Telecommunications Supply Chain is Safe … for Now
U.S. companies are closely monitoring foreign-sourced hardware, but other measures may loom.
Constant monitoring of the telecommunications supply chain by U.S. network providers has ensured the integrity of foreign-made equipment, but the U.S. government tentatively is exploring efforts to establish standards for companies to focus supply chain efforts. Other countries have incorporated more stringent approaches that might be implemented in the United States. U.S. government experts believe, however, that some of those approaches might actually be counterproductive if adopted by U.S. firms.
Concern has risen over the past few years that the commercial telecommunications supply chain is vulnerable to security breaches, particularly for components manufactured in foreign countries. Global telecommunications firms largely have instituted their own security measures based either on national guidelines, where available, or on consensus standards offered by domestic trade groups. In the absence of strict national standards and practices, companies adopt voluntary practices that provide the needed level of security.
These points were outlined in congressional testimony by Mark L. Goldstein, director of physical infrastructure issues for the Government Accountability Office (GAO). Highlights of his testimony that omit some sensitive information from a related GAO report note that U.S. telecommunications network equipment came from more than 100 foreign countries, and many components are manufactured both abroad and in the United States. Yet, no industry standards, let alone government regulations, exist that address all aspects of supply chain risk management.
According to the report, U.S. telecommunications companies select vendors for both security and reliability factors. These factors include past security performance and reputation, and some telecommunications firms establish vendor risk profiles scaled for critical components. Equipment destined for core networks is procured only from the most trustworthy vendors, company officials say, and in many cases, security practices are embedded in the purchase contract.
The report notes that federal government officials have warned two U.S. network providers against using certain vendors for national security reasons. Even if some countries are considered security risks, companies do not automatically disqualify vendors from those nations, the report states.
One potential threat area involves vulnerability testing. Many providers test equipment throughout its lifecycle using third-party testing firms, which perform tests such as vulnerability scans, penetration testing and source code analysis. Yet, third-party testing has several potential limitations, according to a recent congressional report noted in the GAO report. These include rigid test methods that may not conform to the way the tested equipment actually is installed in the network; equipment behavior that varies depending on how the gear is configured; and vendors that finance their own security evaluations, which can pose a conflict of interest. Also, the pace of technology changes is outstripping the evolution of third-party evaluation processes. This congressional report states that the ability of third-party testing to eliminate every significant vulnerability is “virtually impossible,” according to the GAO.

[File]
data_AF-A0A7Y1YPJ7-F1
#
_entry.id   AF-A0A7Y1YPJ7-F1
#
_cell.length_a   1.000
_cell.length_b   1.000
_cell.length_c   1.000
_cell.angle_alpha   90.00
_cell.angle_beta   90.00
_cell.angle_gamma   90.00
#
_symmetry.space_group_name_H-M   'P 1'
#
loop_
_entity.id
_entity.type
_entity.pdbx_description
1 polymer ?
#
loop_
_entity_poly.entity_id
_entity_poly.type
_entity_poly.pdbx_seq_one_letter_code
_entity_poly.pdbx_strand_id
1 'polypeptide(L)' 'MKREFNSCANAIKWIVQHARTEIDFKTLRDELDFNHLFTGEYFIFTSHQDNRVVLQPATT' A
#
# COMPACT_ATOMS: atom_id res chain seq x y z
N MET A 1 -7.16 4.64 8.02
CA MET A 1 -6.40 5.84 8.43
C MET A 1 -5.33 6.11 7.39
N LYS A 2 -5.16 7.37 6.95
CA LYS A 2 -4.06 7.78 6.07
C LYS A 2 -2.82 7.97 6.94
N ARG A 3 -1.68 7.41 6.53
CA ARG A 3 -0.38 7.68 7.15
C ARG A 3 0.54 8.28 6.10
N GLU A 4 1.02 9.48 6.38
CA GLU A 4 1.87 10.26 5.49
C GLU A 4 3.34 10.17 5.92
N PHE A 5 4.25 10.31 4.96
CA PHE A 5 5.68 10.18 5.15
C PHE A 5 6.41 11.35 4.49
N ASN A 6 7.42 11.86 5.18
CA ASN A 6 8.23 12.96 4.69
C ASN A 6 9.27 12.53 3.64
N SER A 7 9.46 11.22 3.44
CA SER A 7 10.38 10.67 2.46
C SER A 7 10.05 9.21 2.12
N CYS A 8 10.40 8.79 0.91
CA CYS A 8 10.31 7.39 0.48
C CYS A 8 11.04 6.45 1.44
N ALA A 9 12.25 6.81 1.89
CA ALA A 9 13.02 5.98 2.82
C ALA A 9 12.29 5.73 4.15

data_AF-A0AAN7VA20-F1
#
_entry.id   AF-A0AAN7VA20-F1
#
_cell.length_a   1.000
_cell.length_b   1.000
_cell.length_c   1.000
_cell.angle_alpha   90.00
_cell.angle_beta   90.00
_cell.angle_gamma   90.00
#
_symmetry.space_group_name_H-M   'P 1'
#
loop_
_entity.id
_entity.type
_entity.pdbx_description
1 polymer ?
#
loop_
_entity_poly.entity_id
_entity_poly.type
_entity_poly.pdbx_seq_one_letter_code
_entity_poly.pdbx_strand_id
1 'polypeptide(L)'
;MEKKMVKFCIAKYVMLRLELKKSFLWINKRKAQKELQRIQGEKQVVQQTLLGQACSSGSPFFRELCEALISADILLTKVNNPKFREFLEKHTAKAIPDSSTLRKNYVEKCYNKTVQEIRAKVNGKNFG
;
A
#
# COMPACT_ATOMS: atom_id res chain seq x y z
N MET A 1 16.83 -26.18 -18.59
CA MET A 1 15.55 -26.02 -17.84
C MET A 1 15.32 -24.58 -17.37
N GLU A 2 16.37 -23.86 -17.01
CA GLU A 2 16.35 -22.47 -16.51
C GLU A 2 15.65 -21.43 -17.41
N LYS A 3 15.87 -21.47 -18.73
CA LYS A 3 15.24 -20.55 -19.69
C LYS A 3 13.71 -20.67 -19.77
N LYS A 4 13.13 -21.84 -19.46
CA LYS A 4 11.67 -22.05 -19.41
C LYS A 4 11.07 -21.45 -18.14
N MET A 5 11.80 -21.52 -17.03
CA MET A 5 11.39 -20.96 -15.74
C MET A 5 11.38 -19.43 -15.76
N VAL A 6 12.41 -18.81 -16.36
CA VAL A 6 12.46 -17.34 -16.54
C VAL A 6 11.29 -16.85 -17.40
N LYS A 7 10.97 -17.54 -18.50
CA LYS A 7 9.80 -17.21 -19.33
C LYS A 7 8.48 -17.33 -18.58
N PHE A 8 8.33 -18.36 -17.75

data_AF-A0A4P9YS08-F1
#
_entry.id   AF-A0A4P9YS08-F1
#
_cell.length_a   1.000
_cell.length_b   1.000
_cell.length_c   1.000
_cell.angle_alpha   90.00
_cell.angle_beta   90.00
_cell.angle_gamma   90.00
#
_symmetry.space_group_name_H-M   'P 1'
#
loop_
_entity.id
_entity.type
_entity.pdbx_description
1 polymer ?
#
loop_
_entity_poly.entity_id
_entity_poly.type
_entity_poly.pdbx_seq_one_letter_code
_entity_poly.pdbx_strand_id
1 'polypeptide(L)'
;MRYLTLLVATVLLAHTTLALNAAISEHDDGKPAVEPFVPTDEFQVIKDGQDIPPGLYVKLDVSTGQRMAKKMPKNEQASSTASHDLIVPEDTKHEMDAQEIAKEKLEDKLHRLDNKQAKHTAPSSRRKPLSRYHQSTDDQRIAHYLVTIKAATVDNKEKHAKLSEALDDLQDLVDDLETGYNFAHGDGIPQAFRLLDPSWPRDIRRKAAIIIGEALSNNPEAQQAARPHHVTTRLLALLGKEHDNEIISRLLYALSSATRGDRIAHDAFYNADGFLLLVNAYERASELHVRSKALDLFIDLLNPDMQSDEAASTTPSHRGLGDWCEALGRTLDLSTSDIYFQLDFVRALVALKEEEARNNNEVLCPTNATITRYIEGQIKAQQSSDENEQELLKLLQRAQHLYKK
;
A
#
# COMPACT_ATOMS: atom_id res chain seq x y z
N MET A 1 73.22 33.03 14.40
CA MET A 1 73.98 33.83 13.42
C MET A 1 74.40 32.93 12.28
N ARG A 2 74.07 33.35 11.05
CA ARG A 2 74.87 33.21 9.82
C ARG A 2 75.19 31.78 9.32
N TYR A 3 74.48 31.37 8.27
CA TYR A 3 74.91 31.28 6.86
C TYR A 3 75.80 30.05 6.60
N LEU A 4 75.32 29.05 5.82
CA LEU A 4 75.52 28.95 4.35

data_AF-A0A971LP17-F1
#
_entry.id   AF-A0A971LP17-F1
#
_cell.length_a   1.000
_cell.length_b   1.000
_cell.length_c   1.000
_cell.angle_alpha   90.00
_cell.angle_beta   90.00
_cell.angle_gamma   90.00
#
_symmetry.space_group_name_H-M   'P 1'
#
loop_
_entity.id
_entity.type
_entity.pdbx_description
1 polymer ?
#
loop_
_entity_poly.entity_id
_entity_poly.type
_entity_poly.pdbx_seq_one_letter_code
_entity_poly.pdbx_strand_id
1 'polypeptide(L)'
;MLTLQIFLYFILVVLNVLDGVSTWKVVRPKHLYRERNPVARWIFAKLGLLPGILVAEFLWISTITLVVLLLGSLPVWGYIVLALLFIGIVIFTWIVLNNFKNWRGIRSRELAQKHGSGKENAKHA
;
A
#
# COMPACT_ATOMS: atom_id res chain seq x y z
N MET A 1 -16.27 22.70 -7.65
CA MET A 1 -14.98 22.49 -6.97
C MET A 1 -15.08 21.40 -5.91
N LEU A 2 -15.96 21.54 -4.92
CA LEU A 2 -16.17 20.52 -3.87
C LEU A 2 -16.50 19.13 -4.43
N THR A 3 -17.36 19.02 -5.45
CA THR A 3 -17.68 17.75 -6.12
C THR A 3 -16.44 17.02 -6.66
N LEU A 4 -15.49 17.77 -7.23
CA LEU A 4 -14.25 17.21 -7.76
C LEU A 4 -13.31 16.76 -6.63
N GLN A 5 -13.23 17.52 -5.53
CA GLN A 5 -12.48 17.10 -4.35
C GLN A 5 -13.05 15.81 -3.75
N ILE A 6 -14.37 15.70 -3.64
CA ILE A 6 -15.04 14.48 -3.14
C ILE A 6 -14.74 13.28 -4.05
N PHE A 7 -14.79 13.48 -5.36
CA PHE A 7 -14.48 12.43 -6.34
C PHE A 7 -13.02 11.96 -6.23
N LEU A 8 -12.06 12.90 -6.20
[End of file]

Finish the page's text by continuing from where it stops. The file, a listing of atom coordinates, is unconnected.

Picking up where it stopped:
The U.S. government has begun efforts to weigh in on supply chain risks. An Executive Order, released in February calling for the National Institute of Standards and Technology to develop a framework for reducing critical infrastructure cyber risks, may include the telecommunications supply chain, although the extent remains to be established, according to the GAO report. Officials with the Department of Homeland Security say the department has not yet determined the degree to which it will be establishing authorities for the telecommunications supply chain, the report adds. Information sharing efforts among critical infrastructure elements may include threats to this supply chain.
The report notes that the Indian and United Kingdom governments have regulatory measures in place for supply chain security, and the Australian government is weighing a reform proposal to establish a risk-based regulatory framework. India holds telecommunications providers responsible for the security of their networks, including the supply chain, as part of their operating licenses. The United Kingdom’s Office of Communications enforces requirements on network and service providers to maintain both security and availability, although the office still is developing its enforcement approach.
The Australian proposal would require the country’s carriers and service providers to protect their networks and facilities from unauthorized access or interference. The government would provide guidance on network supervision and control, and it would have the authority to enforce these measures in the event of noncompliance.
The GAO report, however, warns that adopting some of these approaches in the United States could have detrimental effects on the telecommunications sector. Trade barriers, additional costs and constraints on competition are some of the potential effects that could arise from implementation of the supply chain security measures—some of which border on draconian—imposed by other nations on their telecommunications infrastructure. U.S. agencies would need to take these considerations into account before opting to implement some of these approaches, the report states.
The public version of the GAO report can be found at http://www.gao.gov/products/GAO-13-652T.